Last week in The Sunday Times, the interviewer of Leader of the Opposition made the strange claim that, if elected, he would be the first Prime Minister not to believe in a god. The editors thought this was such a good point that they put it in bold, in a pull-out quote, and made reference to the linking of religion and politics in America! Today I had a letter in The Sunday Times and here is the full version:
Your interviewer’s claim that Keir Starmer would be the first UK Prime Minister to not believe in a god will no doubt have surprised many.
Within the twentieth century alone, Ramsay Macdonald (1924, 1929-31) was an early President of Humanists UK, having made the journey from Christian to Unitarian and then out; Clement Attlee (1945-51), though he shared some ethics with Christianity, saw theology as ‘mumbo-jumbo’; Winston Churchill (1940-45, 1951-55) a typical Victorian sceptic, said he supported the Church ‘like a buttress – from the outside’. Both David Cameron and Boris Johnson have said in interviews that their faith comes and goes.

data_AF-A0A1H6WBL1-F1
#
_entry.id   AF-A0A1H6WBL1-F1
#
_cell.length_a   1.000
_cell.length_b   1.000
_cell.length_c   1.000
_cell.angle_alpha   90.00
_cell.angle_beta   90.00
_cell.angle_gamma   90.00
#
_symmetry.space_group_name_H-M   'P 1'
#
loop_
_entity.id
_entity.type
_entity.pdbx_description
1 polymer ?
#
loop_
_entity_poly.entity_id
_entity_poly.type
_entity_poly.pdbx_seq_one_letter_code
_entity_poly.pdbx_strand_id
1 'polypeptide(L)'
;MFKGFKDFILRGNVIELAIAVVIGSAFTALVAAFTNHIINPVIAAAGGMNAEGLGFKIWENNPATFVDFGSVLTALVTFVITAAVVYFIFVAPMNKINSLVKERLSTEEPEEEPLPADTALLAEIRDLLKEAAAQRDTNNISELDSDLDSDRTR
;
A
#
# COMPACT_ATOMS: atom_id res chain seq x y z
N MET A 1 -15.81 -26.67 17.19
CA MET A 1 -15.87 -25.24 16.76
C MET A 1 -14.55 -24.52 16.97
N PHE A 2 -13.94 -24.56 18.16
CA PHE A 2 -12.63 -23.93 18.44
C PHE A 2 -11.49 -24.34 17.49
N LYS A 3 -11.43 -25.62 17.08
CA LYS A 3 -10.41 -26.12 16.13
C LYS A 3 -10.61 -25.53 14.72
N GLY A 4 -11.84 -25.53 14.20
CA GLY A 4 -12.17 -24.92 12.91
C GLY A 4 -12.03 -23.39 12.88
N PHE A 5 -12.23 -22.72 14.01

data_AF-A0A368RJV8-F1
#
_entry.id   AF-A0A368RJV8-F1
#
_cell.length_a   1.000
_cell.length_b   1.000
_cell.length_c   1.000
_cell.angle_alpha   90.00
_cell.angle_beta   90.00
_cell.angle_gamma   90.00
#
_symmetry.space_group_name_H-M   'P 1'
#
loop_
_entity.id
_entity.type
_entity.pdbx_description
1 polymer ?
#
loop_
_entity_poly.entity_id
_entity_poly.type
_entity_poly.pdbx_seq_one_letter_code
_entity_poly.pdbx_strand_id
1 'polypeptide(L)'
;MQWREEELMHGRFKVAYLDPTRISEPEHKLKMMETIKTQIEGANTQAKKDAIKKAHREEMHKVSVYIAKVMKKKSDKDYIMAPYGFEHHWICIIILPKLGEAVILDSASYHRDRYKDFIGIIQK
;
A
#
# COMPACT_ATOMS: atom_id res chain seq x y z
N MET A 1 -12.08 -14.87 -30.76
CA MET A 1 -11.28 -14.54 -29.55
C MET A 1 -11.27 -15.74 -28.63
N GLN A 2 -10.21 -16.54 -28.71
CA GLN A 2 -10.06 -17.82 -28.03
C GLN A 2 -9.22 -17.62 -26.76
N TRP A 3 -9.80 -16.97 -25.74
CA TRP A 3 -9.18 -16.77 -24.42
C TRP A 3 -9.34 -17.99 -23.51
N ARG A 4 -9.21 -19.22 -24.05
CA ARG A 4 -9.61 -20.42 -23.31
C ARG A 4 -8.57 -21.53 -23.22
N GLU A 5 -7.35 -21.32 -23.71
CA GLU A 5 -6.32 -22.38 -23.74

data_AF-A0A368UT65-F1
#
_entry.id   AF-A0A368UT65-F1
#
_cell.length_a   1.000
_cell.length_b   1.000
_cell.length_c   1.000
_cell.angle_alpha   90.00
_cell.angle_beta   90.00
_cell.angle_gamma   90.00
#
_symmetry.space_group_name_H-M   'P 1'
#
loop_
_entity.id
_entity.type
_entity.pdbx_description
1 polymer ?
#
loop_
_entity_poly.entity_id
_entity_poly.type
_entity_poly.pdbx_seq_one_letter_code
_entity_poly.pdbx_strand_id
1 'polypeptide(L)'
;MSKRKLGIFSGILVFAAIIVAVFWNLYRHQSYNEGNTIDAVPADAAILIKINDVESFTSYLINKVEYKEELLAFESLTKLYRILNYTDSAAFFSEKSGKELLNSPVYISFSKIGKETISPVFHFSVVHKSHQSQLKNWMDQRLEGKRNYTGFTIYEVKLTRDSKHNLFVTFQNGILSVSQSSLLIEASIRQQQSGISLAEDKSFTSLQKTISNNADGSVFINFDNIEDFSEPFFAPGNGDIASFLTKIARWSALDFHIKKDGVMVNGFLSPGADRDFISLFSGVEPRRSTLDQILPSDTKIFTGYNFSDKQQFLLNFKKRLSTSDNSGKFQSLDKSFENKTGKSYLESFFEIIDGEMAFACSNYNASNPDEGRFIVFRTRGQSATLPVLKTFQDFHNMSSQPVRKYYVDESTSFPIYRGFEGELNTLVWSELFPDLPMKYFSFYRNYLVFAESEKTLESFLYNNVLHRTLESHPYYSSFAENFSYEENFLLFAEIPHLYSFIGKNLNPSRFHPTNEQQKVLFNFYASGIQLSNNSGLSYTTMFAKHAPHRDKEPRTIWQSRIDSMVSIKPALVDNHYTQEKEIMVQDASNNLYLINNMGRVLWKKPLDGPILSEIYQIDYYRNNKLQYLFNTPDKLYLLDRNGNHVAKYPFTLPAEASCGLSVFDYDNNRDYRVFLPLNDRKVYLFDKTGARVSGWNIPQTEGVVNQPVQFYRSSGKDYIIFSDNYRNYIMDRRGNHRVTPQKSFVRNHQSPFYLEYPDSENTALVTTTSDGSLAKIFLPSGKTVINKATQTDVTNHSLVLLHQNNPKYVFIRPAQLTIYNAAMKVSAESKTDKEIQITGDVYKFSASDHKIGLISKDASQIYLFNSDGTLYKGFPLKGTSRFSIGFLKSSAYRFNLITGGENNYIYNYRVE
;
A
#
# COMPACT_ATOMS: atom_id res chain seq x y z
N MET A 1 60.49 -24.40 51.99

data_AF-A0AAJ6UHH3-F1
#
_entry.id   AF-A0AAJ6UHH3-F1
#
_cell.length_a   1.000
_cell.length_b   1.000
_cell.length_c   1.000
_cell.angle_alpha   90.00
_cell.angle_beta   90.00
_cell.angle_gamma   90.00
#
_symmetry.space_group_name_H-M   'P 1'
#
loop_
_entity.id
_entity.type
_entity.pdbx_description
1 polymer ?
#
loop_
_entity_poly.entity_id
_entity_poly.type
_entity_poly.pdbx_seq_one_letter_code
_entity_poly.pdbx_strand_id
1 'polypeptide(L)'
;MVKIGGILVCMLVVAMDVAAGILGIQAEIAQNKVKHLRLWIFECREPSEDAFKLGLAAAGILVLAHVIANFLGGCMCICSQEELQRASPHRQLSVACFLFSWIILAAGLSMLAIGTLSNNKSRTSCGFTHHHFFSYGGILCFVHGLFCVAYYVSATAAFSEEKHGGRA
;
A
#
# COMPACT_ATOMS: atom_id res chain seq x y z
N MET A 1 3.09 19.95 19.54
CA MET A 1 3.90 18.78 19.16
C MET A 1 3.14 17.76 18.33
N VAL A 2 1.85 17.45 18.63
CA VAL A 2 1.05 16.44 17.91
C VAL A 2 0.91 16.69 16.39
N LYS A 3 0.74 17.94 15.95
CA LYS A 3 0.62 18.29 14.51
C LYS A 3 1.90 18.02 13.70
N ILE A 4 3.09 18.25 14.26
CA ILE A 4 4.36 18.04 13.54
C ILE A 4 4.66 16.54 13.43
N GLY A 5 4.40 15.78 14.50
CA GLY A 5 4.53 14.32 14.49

Really the abnormal thing is to have a PM with genuine religious faith. But thankfully, there is no evidence at all that the British electorate care one way or the other about the theological beliefs of candidates. Nick Clegg, Ed Miliband, Michael Foot, Neil Kinnock, and many more are just a few of the self-described atheists who have headed political parties and, whatever their electoral fortune, there was never any sign that their non-religious beliefs played a part.
Please, don’t let an obsession with the religiosity of our politicians be yet another thing we import from the US to our lasting regret.